Page 64 - Jewish Book Annual Volume 21

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The greatest strength of the Library lies, of course, in the
fields of rabbinics, Bible, history and medieval Jewish literature.
In these areas it has always been the policy of the librarians to
acquire everything available, whether printed or manuscript. The
number of critical editions of classical and rabbinic texts based
upon the Library’s resources is legion.
Since archives are invaluable resources of historical data,
special efforts have been made to collect important family records
and correspondence. Communal records, including pinkasim,
mohel books, tax registers, kethubot, welfare and burial accounts
of scores of now defunct Jewish communities, are often today
the sole materials for reconstructing a glorious, but forgotten
page in Jewish history. Our collection of original documents
relating to Franco-Jewry rivals that of France itself. No library
houses a more complete and revealing collection of Jewish
Sovietica, and outside of Spain it would be difficult to find a
finer set of Inquisition records. The Jewish Theological Seminary
has lists of no less than 598 Autos da Fe held in Portugal alone
in the course of two centuries and a half.
During the past few years, the Seminary’s immense collections
have been vastly enriched through the addition of microfilms.
Admiral Lewis L. Strauss presented microfilms of all the Hebrew
manuscripts in the Biblioteca Escorial in Madrid. Friends of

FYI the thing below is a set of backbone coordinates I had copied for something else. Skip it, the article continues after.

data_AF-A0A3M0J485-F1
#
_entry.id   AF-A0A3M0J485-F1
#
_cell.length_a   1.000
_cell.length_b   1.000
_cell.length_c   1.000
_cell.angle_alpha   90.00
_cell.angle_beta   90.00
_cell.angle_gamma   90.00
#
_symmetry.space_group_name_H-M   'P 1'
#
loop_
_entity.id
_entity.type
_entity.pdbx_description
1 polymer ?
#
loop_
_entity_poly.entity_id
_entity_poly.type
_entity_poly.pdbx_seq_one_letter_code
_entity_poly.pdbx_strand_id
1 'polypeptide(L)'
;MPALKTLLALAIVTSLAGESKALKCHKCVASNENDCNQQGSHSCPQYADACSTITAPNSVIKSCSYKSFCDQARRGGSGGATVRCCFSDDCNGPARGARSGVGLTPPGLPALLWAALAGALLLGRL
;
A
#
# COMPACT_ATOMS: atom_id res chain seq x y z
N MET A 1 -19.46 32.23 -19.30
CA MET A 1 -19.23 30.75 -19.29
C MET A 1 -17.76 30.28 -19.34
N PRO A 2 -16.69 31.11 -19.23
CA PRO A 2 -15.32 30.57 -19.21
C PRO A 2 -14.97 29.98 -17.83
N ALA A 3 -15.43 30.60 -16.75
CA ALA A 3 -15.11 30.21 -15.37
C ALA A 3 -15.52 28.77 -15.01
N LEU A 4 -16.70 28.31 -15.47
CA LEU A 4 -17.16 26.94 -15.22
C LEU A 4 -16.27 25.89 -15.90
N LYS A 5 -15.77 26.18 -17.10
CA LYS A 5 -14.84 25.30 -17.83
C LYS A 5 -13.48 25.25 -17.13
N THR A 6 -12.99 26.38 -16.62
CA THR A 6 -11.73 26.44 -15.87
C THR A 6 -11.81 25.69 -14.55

the late Professor Louis Ginzberg enabled the Library to obtain
microfilms of the major manuscript collections of the world’s
great libraries. All or large portions of the Hebrew manuscripts
of the British Museum, the Bodleian in Oxford, Cambridge Uni-
versity, the Bibliotheque Nationale in Paris, the Vatican, the
Kaufmann collection in Budapest, and many others, are now
concentrated at the Jewish Theological Seminary. The ease and
convenience of consulting and comparing at will manuscripts
hitherto widely scattered and often uncatalogued, have led to
immeasurably rapid progress especially in Genizah research.
The Library3s Future Development
The fact that the Library has long outgrown its physical
facilities has been a matter of increasing concern in recent years.
At the end of 1959, after a year of intensive study, Professor
Maurice F. Tauber completed a commissioned report on the
Library. His survey comprised a total of 154 pages, and it recom-
mended as of prime importance the erection of a new modern
library building, the employment of professional staff, and the
re-cataloguing of the collections. He also made detailed recom-
mendations concerning the Library’s resources, technical services,
administration and personnel.